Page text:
George R. R. Martin exhibits a daring creative imagination in the best tradition of the science-fiction genre. He is not afraid to deal with such matters as homosexuality, prostitution, and free love, subjects strictly avoided by conservative earlier writers of science fiction. Martin attempts to project his vision into the distant future to discover what life will be like for remote descendants of the current generations. His plots typically are mere threads to lead the reader into the bizarre worlds of his imagination. The real interest is not so much in the fates of the characters as in the experience of living in the strange environments these characters invariably take for granted.
“The House of the Worm” is perhaps the most effective work in this collection. Characteristically, the story of young Annelyn is merely a vehicle to introduce the reader to a foreign world, one in which the Sun is dying and life is evolving deep underground to cope with changing environmental conditions. The background is more important than the foreground and the setting more important than the action it contains. This story is remarkable for its sustained grip on the imagination, taking the reader ever deeper into an underground world where a whole civilization existed in the forgotten past and has since been taken over by creatures adapted to live in perpetual darkness. “Bitterblooms” and “The Stone City” are other good examples of stories relying primarily on atmosphere for their effect.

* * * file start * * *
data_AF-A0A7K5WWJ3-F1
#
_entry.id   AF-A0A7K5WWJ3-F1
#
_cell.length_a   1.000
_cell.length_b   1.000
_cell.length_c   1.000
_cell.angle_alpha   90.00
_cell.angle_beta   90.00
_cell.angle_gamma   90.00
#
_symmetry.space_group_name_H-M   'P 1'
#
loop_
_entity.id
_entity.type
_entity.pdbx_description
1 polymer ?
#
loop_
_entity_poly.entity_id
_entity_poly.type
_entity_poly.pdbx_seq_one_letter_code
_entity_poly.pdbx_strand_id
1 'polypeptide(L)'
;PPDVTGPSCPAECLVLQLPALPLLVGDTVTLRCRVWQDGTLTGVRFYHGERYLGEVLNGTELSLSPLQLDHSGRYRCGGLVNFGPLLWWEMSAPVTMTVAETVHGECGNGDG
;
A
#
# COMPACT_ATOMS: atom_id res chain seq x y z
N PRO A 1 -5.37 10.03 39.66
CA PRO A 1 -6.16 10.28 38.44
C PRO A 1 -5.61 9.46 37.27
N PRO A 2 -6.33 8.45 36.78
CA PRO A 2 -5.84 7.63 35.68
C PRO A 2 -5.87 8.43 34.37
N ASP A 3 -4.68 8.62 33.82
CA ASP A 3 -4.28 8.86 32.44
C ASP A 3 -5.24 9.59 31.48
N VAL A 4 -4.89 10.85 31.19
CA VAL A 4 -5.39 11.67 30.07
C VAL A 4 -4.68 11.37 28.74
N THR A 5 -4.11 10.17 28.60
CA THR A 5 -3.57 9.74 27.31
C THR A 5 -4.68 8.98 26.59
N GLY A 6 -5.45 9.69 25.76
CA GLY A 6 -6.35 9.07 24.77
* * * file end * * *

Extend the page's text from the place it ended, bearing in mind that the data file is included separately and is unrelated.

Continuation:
Martin sprinkles his stories with neologisms to create atmosphere and verisimilitude; “sandkings,” “bitterblooms,” and “fast-friends” are examples. Martin has the poetic power to make his environments seem real while the reader is trapped inside them by wonder and curiosity. This gifted author can pick out the small imaginary details that bring a setting to life. Verisimilitude is the outstanding characteristic of these wildly speculative short stories. Although only the future will reveal the accuracy of Martin’s speculations, his realistic stories make their readers painfully aware that conditions are continually changing and that the future will be drastically different from the present.
Although Martin’s stories may seem fantastic, they all have a certain factual foundation. For example, the Sun will die someday, and humans may contact extraterrestrials; if so, there will be various kinds of cultural cross-fertilization. Martin uses known facts and plausible speculations to create inventive, fascinating, and realistic futures.